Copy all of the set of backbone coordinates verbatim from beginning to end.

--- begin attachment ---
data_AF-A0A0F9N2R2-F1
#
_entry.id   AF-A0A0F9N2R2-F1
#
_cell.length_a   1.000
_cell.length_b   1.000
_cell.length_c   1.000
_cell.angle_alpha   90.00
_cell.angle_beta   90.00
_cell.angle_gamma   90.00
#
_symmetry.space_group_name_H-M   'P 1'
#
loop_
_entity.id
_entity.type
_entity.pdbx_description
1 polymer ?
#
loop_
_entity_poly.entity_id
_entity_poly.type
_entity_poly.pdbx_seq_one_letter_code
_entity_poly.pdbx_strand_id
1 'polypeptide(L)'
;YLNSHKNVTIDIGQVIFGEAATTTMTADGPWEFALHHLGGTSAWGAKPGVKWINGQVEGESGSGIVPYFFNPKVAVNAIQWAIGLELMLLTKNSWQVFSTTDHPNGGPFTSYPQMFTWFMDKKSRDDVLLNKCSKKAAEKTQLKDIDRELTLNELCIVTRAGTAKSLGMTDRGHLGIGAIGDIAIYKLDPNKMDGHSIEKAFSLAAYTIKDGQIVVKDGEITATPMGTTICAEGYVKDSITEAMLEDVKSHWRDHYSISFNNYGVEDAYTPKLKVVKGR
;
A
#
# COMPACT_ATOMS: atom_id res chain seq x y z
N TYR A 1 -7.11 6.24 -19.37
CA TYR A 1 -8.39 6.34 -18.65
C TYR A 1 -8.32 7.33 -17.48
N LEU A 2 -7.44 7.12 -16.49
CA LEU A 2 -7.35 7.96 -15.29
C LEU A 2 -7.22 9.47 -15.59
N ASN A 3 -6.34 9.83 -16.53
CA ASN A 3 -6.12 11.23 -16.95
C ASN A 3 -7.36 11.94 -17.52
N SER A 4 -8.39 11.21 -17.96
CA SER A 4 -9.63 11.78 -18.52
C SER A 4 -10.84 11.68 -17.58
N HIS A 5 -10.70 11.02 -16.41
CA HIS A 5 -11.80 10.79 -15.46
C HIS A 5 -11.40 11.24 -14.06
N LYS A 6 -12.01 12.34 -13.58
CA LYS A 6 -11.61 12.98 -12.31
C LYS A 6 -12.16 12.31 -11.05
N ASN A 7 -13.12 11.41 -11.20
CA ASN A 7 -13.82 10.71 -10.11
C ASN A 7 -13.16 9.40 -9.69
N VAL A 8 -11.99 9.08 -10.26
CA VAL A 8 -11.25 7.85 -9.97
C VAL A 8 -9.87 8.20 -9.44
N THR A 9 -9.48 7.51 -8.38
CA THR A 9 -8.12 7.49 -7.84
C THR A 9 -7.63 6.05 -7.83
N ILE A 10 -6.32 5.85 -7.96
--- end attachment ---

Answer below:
data_AF-A0A0F9N2R2-F1
#
_entry.id   AF-A0A0F9N2R2-F1
#
_cell.length_a   1.000
_cell.length_b   1.000
_cell.length_c   1.000
_cell.angle_alpha   90.00
_cell.angle_beta   90.00
_cell.angle_gamma   90.00
#
_symmetry.space_group_name_H-M   'P 1'
#
loop_
_entity.id
_entity.type
_entity.pdbx_description
1 polymer ?
#
loop_
_entity_poly.entity_id
_entity_poly.type
_entity_poly.pdbx_seq_one_letter_code
_entity_poly.pdbx_strand_id
1 'polypeptide(L)'
;YLNSHKNVTIDIGQVIFGEAATTTMTADGPWEFALHHLGGTSAWGAKPGVKWINGQVEGESGSGIVPYFFNPKVAVNAIQWAIGLELMLLTKNSWQVFSTTDHPNGGPFTSYPQMFTWFMDKKSRDDVLLNKCSKKAAEKTQLKDIDRELTLNELCIVTRAGTAKSLGMTDRGHLGIGAIGDIAIYKLDPNKMDGHSIEKAFSLAAYTIKDGQIVVKDGEITATPMGTTICAEGYVKDSITEAMLEDVKSHWRDHYSISFNNYGVEDAYTPKLKVVKGR
;
A
#
# COMPACT_ATOMS: atom_id res chain seq x y z
N TYR A 1 -7.11 6.24 -19.37
CA TYR A 1 -8.39 6.34 -18.65
C TYR A 1 -8.32 7.33 -17.48
N LEU A 2 -7.44 7.12 -16.49
CA LEU A 2 -7.35 7.96 -15.29
C LEU A 2 -7.22 9.47 -15.59
N ASN A 3 -6.34 9.83 -16.53
CA ASN A 3 -6.12 11.23 -16.95
C ASN A 3 -7.36 11.94 -17.52
N SER A 4 -8.39 11.21 -17.96
CA SER A 4 -9.63 11.78 -18.52
C SER A 4 -10.84 11.68 -17.58
N HIS A 5 -10.70 11.02 -16.41
CA HIS A 5 -11.80 10.79 -15.46
C HIS A 5 -11.40 11.24 -14.06
N LYS A 6 -12.01 12.34 -13.58
CA LYS A 6 -11.61 12.98 -12.31
C LYS A 6 -12.16 12.31 -11.05
N ASN A 7 -13.12 11.41 -11.20
CA ASN A 7 -13.82 10.71 -10.11
C ASN A 7 -13.16 9.40 -9.69
N VAL A 8 -11.99 9.08 -10.26
CA VAL A 8 -11.25 7.85 -9.97
C VAL A 8 -9.87 8.20 -9.44
N THR A 9 -9.48 7.51 -8.38
CA THR A 9 -8.12 7.49 -7.84
C THR A 9 -7.63 6.05 -7.83
N ILE A 10 -6.32 5.85 -7.96